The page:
Australian Rheumatology Association

Recommendations from the Australian Rheumatology Association on arthroscopy, ANA testing, imaging, ultrasound and anti-dsDNA antibodies. The ARA supports and educates members and other practitioners in the musculoskeletal field to enable provision of best possible management for patients. It fosters excellence in the diagnosis and management of musculoskeletal and inflammatory conditions through training, professional development, research and advocacy.

Do not order antinuclear antibody (ANA) testing without symptoms and/or signs suggestive of a systemic rheumatic disease.

Date reviewed: 6 February 2018

Antinuclear antibodies (ANAs) are present in healthy individuals and ANA testing is only useful in patients with symptoms and/or signs of a rheumatic disease where it can aid in the confirmation or exclusion of systemic connective tissues diseases. ANA testing has a very high negative predictive value for excluding connective tissue diseases as a cause for patients’ symptoms. However, a positive ANA result does not have a high positive predictive value for diagnosing these conditions in isolation, and further sub-serology testing is needed to accurately diagnose and classify these conditions.

Supporting evidence
  • Agmon-Levin N, Damoiseaux J, Kallenberg C, et al. International recommendations for the assessment of autoantibodies to cellular antigens referred to as anti-nuclear antibodies. Ann Rheum Dis 2014; 73:17-23.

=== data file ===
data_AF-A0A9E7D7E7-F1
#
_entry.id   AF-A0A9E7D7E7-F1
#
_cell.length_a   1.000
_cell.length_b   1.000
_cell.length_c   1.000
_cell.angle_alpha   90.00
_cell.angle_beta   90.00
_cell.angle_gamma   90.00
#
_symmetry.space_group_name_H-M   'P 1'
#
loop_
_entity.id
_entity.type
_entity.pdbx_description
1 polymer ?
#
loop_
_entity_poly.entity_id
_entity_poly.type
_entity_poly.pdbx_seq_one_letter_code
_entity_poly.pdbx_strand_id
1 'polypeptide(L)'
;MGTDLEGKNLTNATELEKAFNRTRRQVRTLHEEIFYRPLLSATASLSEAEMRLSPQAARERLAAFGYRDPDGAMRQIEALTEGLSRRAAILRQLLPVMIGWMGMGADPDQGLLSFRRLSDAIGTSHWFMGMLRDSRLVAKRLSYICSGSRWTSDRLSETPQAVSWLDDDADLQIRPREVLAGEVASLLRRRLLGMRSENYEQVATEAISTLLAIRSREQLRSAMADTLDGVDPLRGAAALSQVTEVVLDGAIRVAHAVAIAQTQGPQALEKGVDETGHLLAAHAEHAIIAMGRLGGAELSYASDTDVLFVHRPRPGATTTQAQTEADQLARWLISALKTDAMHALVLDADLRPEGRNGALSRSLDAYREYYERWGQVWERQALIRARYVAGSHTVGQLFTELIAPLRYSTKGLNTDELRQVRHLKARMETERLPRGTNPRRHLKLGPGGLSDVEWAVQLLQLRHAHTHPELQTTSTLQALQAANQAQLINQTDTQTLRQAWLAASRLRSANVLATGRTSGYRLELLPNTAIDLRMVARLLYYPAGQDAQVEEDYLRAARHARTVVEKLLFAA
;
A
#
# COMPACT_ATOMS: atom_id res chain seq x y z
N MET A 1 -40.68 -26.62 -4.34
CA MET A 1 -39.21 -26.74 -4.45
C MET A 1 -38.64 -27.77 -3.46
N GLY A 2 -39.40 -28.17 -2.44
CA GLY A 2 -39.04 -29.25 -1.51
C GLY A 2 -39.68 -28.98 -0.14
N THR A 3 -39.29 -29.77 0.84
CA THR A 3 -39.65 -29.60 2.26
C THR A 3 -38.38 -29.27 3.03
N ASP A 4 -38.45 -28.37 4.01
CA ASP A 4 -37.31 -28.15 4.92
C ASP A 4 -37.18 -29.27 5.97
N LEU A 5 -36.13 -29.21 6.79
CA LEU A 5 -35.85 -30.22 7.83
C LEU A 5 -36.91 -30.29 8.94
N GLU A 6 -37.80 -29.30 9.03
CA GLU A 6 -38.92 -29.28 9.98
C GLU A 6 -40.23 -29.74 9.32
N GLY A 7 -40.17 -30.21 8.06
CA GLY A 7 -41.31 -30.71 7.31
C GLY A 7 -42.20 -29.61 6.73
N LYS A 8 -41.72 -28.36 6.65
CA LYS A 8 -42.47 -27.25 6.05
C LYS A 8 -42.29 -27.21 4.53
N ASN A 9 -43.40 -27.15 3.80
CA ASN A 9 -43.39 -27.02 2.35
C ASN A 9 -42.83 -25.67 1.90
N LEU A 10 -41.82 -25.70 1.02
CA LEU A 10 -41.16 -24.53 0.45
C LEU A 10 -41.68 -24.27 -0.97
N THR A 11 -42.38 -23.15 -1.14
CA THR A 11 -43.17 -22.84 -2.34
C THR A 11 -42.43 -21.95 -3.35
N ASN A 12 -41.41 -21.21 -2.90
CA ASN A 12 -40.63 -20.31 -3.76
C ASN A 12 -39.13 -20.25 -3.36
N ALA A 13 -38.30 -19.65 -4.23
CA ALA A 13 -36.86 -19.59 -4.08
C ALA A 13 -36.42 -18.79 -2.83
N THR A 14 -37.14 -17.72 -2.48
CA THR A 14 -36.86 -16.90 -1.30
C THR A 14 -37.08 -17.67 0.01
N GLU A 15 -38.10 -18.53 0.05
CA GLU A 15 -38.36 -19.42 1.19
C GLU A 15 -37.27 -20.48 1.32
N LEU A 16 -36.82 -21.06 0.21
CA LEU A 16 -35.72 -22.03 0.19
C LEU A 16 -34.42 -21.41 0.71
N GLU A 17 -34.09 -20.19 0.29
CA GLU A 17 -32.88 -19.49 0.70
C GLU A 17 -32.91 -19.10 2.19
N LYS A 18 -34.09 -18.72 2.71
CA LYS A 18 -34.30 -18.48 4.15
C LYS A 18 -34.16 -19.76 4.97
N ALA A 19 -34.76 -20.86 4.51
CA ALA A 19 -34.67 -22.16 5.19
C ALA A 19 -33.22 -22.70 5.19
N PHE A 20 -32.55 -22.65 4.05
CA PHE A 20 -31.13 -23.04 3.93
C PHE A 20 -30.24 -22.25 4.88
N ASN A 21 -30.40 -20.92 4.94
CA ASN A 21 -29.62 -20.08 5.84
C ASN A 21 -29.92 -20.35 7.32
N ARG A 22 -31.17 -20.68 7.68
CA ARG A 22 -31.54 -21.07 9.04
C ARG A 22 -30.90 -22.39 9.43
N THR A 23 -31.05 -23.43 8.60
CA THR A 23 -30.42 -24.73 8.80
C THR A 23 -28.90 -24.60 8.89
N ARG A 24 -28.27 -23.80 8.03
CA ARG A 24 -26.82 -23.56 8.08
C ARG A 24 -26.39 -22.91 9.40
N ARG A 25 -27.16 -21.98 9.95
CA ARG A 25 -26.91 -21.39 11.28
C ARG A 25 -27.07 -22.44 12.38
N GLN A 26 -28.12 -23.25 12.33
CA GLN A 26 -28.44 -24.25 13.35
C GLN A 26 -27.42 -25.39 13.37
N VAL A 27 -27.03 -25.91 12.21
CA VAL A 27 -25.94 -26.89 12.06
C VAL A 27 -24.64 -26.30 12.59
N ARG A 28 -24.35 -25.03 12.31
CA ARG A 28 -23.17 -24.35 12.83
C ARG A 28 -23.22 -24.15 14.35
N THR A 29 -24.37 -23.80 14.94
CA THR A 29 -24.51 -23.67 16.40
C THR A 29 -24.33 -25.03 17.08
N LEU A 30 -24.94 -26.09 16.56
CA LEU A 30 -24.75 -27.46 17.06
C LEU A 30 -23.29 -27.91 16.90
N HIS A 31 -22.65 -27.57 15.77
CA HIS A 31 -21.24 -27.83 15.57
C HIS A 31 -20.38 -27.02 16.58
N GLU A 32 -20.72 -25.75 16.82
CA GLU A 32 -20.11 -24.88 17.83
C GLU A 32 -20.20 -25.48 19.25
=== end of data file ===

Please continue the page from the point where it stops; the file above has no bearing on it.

• British Columbia Guidelines: Antinuclear Antibody (ANA) Testing for Connective Tissue Disease [homepage on the Internet] British Columbia: Ministry of Health [updated 1 June 2013; cited 18 Sept 2017]. Available at:
  • Solomon DH, Kavanaugh AJ, Schur PH. Evidence-based guidelines for the use of immunologic tests: antinuclear antibody testing. Arthritis Rheum 2002; 47:434-44.
How this list was made How this list was made

An ARA Evolve working group comprising 19 rheumatologists and 3 advanced rheumatology trainees was established after a call for interest. The group agreed that items should be included if they were either primarily a rheumatologist issue or an issue that rheumatologists should advocate for on behalf of their patients.

A preliminary list of low-value clinical practices was created based upon the working group’s clinical experiences, as well as consideration of potentially relevant items identified from a review of other lists generated. This list was refined into 12 items and small teams for each topic were formed to review the evidence pertaining to these items and their relevance to Australian healthcare.

Brief summaries of the evidence were written based on NHMRC evidence review standards. An anonymous online survey was created based on these summaries and all ordinary (356 rheumatologists) and associate (72 rheumatology trainees) ARA members were invited to participate. Survey participants were asked to select the five recommendations for which they considered the evidence to be the strongest. The survey attracted a 50% response rate and based on its results, the ARA top five recommendations were formulated.

Download ARA Recommendations